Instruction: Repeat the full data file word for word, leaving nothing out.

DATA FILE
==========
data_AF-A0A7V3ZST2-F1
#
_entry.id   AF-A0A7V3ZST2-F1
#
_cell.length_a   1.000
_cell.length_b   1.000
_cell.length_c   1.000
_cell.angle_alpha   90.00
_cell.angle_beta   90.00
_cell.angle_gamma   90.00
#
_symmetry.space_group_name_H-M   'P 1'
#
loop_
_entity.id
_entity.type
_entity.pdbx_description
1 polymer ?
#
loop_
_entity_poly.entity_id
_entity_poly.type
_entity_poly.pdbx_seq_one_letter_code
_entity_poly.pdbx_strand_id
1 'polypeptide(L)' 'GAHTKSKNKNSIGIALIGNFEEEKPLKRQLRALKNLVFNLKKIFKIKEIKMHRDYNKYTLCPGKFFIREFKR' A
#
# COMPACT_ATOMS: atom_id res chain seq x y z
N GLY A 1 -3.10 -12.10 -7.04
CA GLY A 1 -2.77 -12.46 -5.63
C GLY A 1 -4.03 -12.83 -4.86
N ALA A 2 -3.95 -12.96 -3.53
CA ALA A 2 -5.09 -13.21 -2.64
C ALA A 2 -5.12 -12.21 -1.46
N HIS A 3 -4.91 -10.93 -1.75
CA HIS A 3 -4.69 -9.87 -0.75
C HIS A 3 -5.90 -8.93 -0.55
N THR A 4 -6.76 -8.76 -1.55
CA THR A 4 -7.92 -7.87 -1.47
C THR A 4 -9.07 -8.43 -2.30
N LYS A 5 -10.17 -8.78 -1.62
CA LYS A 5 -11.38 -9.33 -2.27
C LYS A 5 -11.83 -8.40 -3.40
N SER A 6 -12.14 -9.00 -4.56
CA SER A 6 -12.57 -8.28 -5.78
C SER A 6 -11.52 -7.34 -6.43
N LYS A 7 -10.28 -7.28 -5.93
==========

data_AF-A0A7V3ZST2-F1
#
_entry.id   AF-A0A7V3ZST2-F1
#
_cell.length_a   1.000
_cell.length_b   1.000
_cell.length_c   1.000
_cell.angle_alpha   90.00
_cell.angle_beta   90.00
_cell.angle_gamma   90.00
#
_symmetry.space_group_name_H-M   'P 1'
#
loop_
_entity.id
_entity.type
_entity.pdbx_description
1 polymer ?
#
loop_
_entity_poly.entity_id
_entity_poly.type
_entity_poly.pdbx_seq_one_letter_code
_entity_poly.pdbx_strand_id
1 'polypeptide(L)' 'GAHTKSKNKNSIGIALIGNFEEEKPLKRQLRALKNLVFNLKKIFKIKEIKMHRDYNKYTLCPGKFFIREFKR' A
#
# COMPACT_ATOMS: atom_id res chain seq x y z
N GLY A 1 -3.10 -12.10 -7.04
CA GLY A 1 -2.77 -12.46 -5.63
C GLY A 1 -4.03 -12.83 -4.86
N ALA A 2 -3.95 -12.96 -3.53
CA ALA A 2 -5.09 -13.21 -2.64
C ALA A 2 -5.12 -12.21 -1.46
N HIS A 3 -4.91 -10.93 -1.75
CA HIS A 3 -4.69 -9.87 -0.75
C HIS A 3 -5.90 -8.93 -0.55
N THR A 4 -6.76 -8.76 -1.55
CA THR A 4 -7.92 -7.87 -1.47
C THR A 4 -9.07 -8.43 -2.30
N LYS A 5 -10.17 -8.78 -1.62
CA LYS A 5 -11.38 -9.33 -2.27
C LYS A 5 -11.83 -8.40 -3.40
N SER A 6 -12.14 -9.00 -4.56
CA SER A 6 -12.57 -8.28 -5.78
C SER A 6 -11.52 -7.34 -6.43
N LYS A 7 -10.28 -7.28 -5.93